“Teach your children well,
Their father’s hell did slowly go by.
And feed them on your dreams,
The one they pick, the one you’ll know by.” — Graham Nash
The Vermont Department of Fish and Wildlife promotes recreational trapping to children.
They tell children that trapping is “a fun outdoor activity.” In their promotional video they have a young boy who says he gets a bigger adrenaline rush from trapping than he does from video games. As unbelievable as it may sound, they even tell young people trapping doesn’t hurt animals. That is at 8:48 in the video: https://www.youtube.com/watch?v=p3dmEZ9hc3s.
If you have the time to watch the entire video you may notice something interesting. Nowhere do they show a trapped animal. But the reality the Department chooses to hide is proudly and openly shared by Vermont trappers on social media. Here is one example: https://www.youtube.com/watch?v=sfKPOy8iZDI and https://www.youtube.com/live/ukrwdFVkOc8?feature=share&t=1642.
Note: A “whacking stick” is what is used to club these animals to death. The Department sanitizes this with words like “Best Management Practices,” “regulated” and “citizen scientists.”
On April 7, I appeared before the Vermont House Environment and Energy Committee to testify about H. 191, a bill that would ban what the Department tells children is “a fun outdoor activity.” The bill would ban recreational trapping, but the bill would allow trapping to protect crops, livestock, domestic animals, public health and safety, property, municipal infrastructure, and conservation. I brought with me videos that had been taken and posted on YouTube by Vermont trappers. The House Committee had heard that I had shown these videos to the Senate Natural Resources Committee. They had heard that the videos were gruesome and asked that I not show them again. I understood why they didn’t want to look at what we are doing to wildlife. I don’t understand why it is still legal. I criticized the Vermont Department of Fish and Wildlife (DFW) because there is no limit in Vermont as to how many animals a trapper can kill for no reason. There is no limit as to how many traps a trapper can put out. There is no limit as to where traps can be put out. And trapped animals can be killed by being clubbed to death or stomped on.
Kim Royar, a spokesperson for DFW testified before the same Committee on the same day. She said animal suffering is simply a fact of life. She has had chickens and she has had to kill them. I too have had chickens. I too have had to kill them. I sure didn’t do it for “recreation.” I did it because we had to eat. I didn’t stomp on them and I didn’t club them to death.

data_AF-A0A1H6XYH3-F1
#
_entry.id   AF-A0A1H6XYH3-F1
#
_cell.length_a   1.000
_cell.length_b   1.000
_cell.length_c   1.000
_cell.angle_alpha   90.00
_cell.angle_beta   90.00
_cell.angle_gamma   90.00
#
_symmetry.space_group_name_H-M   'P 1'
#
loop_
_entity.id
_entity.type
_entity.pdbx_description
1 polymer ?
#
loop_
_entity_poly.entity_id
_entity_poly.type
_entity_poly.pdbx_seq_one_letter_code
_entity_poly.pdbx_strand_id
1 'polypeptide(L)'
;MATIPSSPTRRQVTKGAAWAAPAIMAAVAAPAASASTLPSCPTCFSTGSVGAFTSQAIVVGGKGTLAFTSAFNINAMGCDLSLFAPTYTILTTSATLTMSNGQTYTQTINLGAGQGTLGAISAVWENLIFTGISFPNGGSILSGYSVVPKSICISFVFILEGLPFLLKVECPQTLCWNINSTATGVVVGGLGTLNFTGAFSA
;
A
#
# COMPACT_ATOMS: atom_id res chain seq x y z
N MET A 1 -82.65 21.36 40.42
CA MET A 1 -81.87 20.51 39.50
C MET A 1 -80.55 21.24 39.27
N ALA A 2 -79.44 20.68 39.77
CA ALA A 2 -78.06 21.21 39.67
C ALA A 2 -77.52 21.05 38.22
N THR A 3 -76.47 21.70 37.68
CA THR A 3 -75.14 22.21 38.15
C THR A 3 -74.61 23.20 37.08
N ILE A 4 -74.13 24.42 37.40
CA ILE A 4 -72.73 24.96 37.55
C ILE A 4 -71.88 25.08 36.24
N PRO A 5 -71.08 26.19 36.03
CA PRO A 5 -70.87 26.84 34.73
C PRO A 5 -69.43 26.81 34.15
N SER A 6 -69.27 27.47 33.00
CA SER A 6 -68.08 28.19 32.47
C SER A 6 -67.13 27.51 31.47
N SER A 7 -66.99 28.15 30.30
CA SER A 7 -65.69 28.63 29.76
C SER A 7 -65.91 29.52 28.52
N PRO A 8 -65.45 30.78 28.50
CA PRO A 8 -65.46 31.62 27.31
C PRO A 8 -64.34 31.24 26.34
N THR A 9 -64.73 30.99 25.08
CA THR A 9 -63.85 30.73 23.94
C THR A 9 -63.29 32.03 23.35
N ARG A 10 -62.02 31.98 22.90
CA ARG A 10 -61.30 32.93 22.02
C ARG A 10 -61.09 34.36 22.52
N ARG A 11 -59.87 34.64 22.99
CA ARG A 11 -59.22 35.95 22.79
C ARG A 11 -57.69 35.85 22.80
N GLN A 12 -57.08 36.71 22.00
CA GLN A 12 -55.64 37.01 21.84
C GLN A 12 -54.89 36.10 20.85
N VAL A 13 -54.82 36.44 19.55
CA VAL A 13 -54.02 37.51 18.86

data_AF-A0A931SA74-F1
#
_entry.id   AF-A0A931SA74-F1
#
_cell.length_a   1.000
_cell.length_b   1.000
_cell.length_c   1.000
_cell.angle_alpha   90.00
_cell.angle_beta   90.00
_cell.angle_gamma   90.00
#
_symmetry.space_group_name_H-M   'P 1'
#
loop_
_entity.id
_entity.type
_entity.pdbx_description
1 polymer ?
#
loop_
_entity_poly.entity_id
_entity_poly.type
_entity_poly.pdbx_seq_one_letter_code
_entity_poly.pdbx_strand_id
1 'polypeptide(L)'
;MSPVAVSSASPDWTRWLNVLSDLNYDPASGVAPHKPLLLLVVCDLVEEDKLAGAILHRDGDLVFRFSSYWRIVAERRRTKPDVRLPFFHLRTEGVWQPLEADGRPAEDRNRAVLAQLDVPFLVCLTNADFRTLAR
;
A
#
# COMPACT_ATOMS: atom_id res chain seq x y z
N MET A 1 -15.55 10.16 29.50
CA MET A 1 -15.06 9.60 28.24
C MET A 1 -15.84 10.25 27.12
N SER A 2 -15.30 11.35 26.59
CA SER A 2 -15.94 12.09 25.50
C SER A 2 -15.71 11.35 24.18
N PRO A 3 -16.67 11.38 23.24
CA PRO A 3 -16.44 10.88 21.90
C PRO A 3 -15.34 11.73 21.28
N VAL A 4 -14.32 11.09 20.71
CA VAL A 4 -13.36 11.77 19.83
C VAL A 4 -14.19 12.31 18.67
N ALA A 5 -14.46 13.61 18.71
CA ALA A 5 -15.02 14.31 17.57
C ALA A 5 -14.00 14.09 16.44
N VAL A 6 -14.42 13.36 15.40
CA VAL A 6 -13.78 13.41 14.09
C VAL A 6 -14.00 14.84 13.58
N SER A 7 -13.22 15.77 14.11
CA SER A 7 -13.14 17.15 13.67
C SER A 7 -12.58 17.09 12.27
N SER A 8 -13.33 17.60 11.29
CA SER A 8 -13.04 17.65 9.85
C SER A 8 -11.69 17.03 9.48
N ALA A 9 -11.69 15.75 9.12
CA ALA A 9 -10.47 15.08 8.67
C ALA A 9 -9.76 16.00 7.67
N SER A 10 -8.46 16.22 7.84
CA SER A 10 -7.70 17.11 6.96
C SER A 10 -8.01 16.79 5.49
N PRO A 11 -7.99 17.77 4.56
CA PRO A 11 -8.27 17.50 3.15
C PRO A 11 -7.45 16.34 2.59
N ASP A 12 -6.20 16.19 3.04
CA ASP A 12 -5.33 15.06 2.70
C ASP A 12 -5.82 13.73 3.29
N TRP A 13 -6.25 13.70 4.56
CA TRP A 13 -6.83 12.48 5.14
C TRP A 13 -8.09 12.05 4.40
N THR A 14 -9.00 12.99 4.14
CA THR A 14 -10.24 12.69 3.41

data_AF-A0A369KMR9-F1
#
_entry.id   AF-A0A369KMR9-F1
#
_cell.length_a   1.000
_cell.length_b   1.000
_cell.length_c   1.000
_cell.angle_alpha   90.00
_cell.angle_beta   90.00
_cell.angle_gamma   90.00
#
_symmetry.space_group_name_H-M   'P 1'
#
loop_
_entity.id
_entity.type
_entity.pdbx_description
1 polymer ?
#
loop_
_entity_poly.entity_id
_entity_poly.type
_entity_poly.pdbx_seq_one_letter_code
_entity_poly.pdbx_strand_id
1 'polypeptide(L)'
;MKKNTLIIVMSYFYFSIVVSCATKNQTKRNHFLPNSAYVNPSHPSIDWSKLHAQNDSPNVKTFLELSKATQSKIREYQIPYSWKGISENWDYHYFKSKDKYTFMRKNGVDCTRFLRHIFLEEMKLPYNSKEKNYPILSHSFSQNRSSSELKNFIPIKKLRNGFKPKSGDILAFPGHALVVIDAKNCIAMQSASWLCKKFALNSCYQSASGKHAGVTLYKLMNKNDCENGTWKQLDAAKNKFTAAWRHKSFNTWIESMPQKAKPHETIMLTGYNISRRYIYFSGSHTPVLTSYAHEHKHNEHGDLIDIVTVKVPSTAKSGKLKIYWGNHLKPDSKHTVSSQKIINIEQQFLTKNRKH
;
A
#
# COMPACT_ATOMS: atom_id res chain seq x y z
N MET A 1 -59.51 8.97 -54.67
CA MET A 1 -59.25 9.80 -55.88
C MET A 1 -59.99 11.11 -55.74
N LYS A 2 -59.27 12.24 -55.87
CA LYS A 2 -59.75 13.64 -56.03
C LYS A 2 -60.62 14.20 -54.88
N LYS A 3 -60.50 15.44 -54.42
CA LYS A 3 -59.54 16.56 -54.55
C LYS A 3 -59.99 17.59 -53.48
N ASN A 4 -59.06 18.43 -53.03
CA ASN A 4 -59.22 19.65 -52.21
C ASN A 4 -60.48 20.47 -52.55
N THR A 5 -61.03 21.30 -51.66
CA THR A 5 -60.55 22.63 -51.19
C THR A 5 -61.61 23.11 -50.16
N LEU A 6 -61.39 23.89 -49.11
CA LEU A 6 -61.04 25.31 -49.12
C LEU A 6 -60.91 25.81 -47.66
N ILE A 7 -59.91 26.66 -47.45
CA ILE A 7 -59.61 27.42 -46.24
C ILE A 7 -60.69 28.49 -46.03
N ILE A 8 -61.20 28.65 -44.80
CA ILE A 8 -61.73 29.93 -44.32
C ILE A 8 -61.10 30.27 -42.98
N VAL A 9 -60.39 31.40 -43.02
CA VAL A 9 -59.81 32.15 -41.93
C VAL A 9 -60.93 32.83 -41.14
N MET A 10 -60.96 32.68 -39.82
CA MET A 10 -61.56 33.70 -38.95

Ms. Royar testified that none of the populations of furbearers that we trap in Vermont are threatened. Therefore, she said, Vermont didn’t need to limit the number of animals killed by trappers. And so last year approximately 350 active trappers killed approximately 9,000 foxes, otters, bobcats and other furbearers. I have spent a vast part of my life in the woods. I have never seen a lynx. I have only seen one bobcat. The foxes, beavers and otters I have watched have filled me with joy and wonder. I don’t want them killed for some kid to get a bigger adrenaline rush than he can get with video games.
To say 350 trappers can go out and kill as many furbearers as they want because we have enough furbearers is to say those animals are disposable. They are not. They belong to a public trust. The Department of Fish and Wildlife is a trustee with a duty to protect and preserve these public resources. And unless we have too many of them the Department should have no right to kill them with no purpose, much less painfully. Kim Royar essentially told the committee that those 9,000 animals were worth more dead than alive.
The American Veterinary Medical Association maintains: “Any sanctioned use of leg hold traps should be accompanied by evidence that their use is necessary and the most humane option that meets the needs of the research or other sanctioned use.” https://www.avma.org/resources-tools/literature-reviews/welfare-implications-leghold-trap-use-conservation-and-research.
That is the purpose of both S. 111 and H. 191. Robert Kennedy said our highest purpose here on earth was “to end the savagery of man.” These bills would be a small step in that direction. If we can’t do that, can’t we at least teach our children well?